At the Corner of Hope and Reality

Despite a traumatic injury, motivational speaker Emeka Nnaka inspires young people to shift perspectives and take charge.

284
Emeka Nnaka volunteers his time at Youth Services of Tulsa, working with at-risk youth.

If you live in Tulsa, you may have seen Emeka Nnaka, a motivational speaker and advocate for those with physical challenges. The Georgia native and Tulsa transplant (he attended Oral Roberts University) seems to pop up everywhere, and his larger-than-life personality and stature make him difficult to miss.

Wherever he is, he’s usually right in the middle of the action – sharing his thoughts, an endearing smile and a few laughs with those around him.

Nnaka uses these abilities – and a master’s degree in human relations with a focus in clinical mental-health counseling – to inspire people. As a youth specialist at Youth Services of Tulsa, he covers topics like emotion management and instilling the importance of education and lifelong learning. His passion is helping young people improve their points of view.

“Maintaining proper perspective can give them power in their lives,” Nnaka says. “When we change the way we look at things, the things that we look at change. A kid’s future can change if he can change the way he is looking at his present circumstances. It becomes something that helps versus something that hurts.”

Nnaka knows about shifting perspectives. During a semi-pro football game in 2009, at age 21, Nnaka sustained a spinal cord injury that radically changed the trajectory of his life. Paralyzed from the chest down, he has instant credibility with young audiences when he discusses change.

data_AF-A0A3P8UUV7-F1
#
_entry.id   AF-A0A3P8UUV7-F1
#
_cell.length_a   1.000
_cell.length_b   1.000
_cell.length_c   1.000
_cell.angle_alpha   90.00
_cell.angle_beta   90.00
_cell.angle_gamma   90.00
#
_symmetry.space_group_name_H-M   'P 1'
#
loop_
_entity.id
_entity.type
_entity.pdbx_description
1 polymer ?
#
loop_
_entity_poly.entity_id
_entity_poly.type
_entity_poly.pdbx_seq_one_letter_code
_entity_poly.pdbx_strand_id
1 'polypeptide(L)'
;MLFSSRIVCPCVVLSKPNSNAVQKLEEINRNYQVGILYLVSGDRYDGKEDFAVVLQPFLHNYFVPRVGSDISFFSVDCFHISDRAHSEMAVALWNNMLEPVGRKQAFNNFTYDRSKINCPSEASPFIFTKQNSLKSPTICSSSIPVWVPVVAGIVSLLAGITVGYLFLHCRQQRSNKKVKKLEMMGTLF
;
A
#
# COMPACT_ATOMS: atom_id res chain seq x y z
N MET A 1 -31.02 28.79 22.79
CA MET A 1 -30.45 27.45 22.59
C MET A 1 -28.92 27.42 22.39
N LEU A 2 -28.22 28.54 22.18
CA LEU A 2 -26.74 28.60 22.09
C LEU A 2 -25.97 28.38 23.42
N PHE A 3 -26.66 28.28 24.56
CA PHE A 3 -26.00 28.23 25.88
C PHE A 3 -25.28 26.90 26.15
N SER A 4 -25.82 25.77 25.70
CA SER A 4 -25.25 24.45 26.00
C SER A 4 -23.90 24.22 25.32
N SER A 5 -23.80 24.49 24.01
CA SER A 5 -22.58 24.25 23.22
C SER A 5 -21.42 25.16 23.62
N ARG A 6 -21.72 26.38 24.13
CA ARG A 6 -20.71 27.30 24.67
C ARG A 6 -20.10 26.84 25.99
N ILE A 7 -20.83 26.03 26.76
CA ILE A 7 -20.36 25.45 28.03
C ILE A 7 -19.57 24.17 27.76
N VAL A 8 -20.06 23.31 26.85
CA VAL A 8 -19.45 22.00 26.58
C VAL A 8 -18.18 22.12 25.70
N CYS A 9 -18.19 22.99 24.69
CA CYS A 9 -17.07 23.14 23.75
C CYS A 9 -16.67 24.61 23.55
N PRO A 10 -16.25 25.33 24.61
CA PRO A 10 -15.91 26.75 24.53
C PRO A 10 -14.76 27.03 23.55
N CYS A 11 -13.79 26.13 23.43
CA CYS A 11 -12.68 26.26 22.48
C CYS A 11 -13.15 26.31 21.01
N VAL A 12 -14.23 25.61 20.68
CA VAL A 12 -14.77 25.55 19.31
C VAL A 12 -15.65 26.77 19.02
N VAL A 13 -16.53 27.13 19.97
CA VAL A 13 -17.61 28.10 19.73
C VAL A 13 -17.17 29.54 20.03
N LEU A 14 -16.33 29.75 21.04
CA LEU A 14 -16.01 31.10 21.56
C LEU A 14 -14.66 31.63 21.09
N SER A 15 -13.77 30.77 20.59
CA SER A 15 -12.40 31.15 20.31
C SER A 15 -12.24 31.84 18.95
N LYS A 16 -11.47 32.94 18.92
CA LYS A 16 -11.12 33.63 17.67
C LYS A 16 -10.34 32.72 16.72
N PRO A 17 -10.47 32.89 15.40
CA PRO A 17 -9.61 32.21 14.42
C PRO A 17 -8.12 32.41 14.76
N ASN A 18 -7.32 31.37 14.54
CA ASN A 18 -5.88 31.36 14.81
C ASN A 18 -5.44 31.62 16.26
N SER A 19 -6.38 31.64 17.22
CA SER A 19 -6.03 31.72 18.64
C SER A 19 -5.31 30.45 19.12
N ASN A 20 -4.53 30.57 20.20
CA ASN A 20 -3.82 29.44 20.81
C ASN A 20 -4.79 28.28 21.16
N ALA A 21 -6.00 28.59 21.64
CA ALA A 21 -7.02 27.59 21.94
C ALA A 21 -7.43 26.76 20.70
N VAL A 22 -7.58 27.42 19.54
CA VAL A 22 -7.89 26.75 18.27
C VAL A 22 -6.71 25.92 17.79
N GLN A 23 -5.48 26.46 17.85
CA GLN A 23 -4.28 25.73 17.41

“This is not something that I’m just teaching because I heard it. I live this thing. I live it every single day,” he says. “There are days that I don’t have willpower and I have to generate it to get to these goals. Some people speak a message; I live one.”

Nnaka, who appeared on the Ellen DeGeneres Show in November, believes in hope … but not just the ephemeral feeling that might come to mind. He can define it. Thanks to the Hope Research Center at the University of Oklahoma-Tulsa, where he did his graduate work, Nnaka and others can research, measure and work to increase hope in individuals who obviously need some. According to Nnaka, the basic components of hope are attainable goals, pathways to reach those goals, and the personal willpower or grit to achieve them.

Nnaka, practicing what he preaches, has goals this year that include expanding his public speaking and individual and small-group coaching, and continuing to work toward his counseling license. A book with a late 2019 release is in the works, too.

“Being able to impact the lives of others and helping people realize that they are stronger than what they think … gives my life a lot of purpose and meaning and it gives my accident a lot of meaning and purpose,” he says. “I now live a full life and I live with no regrets and with passion.”

 Bonnie Rucker

Comments